IT was a strange emergency call-out even by the standards of the Flying Doctor.
A Scottish man had fallen victim to hypothermia in the Australian outback.
He had fallen asleep drunk by the roadside after a birthday booze-up and his body was cooling dangerously.
No one had told him temperatures inland in Australia can drop to below zero at night.
Royal Flying Doctor Service nurse Kerrie Walker was being flown hundreds of miles from her base to save him.
Kerrie, 44, from Denny, Falkirk, knew she had to reach him as his heartbeat was slowing down.
She is part of the rural emergency service and covers the north east territory of Queensland.
Kerrie said: “He had been out the night before celebrating his birthday and got pretty merry.
“He struggled to make it home and fell asleep outside.
“By the time he was found his temperature had plummeted to just 33 degrees Celsius.
“It is four degrees below normal body temperature.
“He was pretty sick and his pulse was weakening.
“I had to treat him and get him flown back to hospital if he was going to survive.
“Luckily for him, he had been found in time and he survived.”
Since leaving her job as an intensive care nurse at Stirling Royal Infirmary, Kerrie has spent 10 years saving people in the Australian wilderness.
She first nursed in a remote Aboriginal community in Arnhem Land, at the very tip of Australia’s Northern Territory.
The next stop across the sea lie the jungles of Papua New Guinea.
Now, as a vital member of the Royal Flying Doctor Service, her call-outs cover a range of 1,156 miles out to emergencies in the bush.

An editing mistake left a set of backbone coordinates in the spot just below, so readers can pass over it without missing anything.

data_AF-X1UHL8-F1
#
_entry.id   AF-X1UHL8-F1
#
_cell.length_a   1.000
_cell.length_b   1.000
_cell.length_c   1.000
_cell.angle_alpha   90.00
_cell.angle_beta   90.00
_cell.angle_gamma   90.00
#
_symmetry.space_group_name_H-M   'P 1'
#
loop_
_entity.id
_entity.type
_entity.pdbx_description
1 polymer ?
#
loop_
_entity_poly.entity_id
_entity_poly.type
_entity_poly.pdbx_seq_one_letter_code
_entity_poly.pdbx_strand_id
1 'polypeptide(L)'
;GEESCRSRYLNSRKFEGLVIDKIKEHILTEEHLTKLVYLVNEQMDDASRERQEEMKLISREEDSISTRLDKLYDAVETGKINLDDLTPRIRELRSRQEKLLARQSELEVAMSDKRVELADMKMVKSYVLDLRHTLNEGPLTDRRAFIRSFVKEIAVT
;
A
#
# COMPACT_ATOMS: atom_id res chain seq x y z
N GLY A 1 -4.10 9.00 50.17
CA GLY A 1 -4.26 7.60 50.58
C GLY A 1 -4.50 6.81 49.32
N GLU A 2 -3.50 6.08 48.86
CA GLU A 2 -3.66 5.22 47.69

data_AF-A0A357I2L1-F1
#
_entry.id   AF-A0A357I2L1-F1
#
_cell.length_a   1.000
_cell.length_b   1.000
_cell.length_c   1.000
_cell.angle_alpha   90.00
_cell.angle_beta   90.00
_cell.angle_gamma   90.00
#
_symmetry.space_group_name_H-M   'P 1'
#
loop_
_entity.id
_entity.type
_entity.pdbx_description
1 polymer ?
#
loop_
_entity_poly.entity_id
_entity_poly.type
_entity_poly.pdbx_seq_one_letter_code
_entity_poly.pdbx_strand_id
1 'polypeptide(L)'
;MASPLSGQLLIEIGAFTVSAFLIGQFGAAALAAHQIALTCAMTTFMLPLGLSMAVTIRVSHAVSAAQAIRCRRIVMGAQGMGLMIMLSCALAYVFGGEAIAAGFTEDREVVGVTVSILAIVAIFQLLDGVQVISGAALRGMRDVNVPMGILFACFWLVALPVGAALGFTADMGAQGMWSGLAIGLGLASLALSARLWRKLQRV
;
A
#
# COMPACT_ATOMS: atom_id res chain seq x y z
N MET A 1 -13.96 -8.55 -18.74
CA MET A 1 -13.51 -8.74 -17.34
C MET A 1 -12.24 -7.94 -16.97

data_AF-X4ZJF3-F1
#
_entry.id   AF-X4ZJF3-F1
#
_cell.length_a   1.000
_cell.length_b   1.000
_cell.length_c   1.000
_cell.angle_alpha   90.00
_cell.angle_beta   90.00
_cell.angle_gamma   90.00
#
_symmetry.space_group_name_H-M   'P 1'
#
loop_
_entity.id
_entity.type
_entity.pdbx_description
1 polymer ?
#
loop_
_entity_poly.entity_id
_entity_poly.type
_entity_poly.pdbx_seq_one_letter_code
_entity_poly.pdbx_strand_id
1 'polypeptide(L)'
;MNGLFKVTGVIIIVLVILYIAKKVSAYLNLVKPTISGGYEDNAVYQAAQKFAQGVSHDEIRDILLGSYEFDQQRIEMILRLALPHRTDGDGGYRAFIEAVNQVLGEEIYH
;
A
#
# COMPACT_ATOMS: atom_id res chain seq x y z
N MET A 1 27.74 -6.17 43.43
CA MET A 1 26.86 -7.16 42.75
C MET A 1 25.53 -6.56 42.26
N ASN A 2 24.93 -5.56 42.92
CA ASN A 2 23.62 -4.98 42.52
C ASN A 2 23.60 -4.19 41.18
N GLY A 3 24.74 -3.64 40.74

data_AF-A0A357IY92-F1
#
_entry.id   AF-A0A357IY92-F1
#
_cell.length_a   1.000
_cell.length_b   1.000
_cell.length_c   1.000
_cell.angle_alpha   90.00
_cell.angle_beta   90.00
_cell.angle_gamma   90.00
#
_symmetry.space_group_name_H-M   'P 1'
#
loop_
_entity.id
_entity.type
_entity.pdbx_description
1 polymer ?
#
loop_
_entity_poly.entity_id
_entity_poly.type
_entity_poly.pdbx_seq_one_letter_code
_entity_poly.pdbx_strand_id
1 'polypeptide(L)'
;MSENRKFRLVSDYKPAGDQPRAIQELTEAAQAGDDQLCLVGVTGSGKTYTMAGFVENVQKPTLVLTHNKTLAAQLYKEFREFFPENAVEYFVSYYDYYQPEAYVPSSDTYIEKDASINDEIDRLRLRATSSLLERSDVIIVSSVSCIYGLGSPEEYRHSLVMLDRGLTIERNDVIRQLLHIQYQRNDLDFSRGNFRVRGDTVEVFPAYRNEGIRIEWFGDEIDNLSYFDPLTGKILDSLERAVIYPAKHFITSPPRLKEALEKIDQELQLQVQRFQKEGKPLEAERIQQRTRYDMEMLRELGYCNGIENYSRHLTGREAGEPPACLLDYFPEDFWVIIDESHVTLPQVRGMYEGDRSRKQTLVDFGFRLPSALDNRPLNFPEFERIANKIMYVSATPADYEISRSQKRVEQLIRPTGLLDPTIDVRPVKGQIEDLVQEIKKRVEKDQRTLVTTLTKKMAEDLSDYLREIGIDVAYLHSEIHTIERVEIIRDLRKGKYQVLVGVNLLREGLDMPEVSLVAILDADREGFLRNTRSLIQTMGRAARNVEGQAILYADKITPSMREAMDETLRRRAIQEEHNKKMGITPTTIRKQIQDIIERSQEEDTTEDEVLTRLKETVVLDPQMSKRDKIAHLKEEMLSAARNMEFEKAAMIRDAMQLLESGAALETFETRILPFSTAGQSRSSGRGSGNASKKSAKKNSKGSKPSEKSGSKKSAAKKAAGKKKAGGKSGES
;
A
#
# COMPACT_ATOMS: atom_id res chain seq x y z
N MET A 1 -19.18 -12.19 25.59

She flies out of its Brisbane base.
Like all its nurses, Kerrie is both a nurse and midwife.
She is flown out in Beechcraft King Air 200 and Beechcraft King Air 350 planes.
“We sometimes land on red dirt strips with the runway lit with makeshift flares made from tin cans with toilet rolls and diesel in them,” she said.
In her six years as a flying nurse she has saved countless lives.
Her scariest moment was crawling into a car wreck to administer a lifesaving drip to a dying motorist.
“I flew out with a firefighter who was there to make sure the car was safe for me to crawl into,” she said.
“The local pub was the dispensary and only stocked Aspirin and paracetamol.
“We were fully equipped, though.
“I inserted an intravenous canula and started fluids and gave pain relief to stabilise him whilst we were waiting for a back-up fireman before trying to cut him out of the car.
“The driver, a man in his 40s, survived and woke up the next day in hospital.”
Another emergency trip to a remote community involved a stabbing victim. “A man got stabbed and had to transfer him and we had to transfer him from Mount Isa, an inland city, to the nearest hospital in coastal Townsville,” she said.
“He was flown with the knife in his chest back to a heart/lung surgeon 560 miles away.
“If I had taken the knife out I could have done more damage.”
Another patient had to be given lifesaving treatment after being bitten on the nose by a snake.
“He had fallen asleep in his car, parked under a tree,” she said.
“A snake fell out the tree and landed in top of him.
“We managed to give him antidote and her survived.”
Working with the weather can be difficult.
“We had to take a specialised paediatric team to a newborn baby who needed to be intubated,” she said.
“There was a bad storm coming and we only had a limited time on the ground if we were to leave and avoid the storm.”
Kerrie is married to Australian flying doctor pilot, Gordon Edwards, 44, and they have a dog called Polly.
A total of 336,358 people used the Royal Flying Doctor Service last year.
Its 69 aircraft criss-cross the Australian continent clocking up more than 16 million miles annually. The service is 90 years old next month.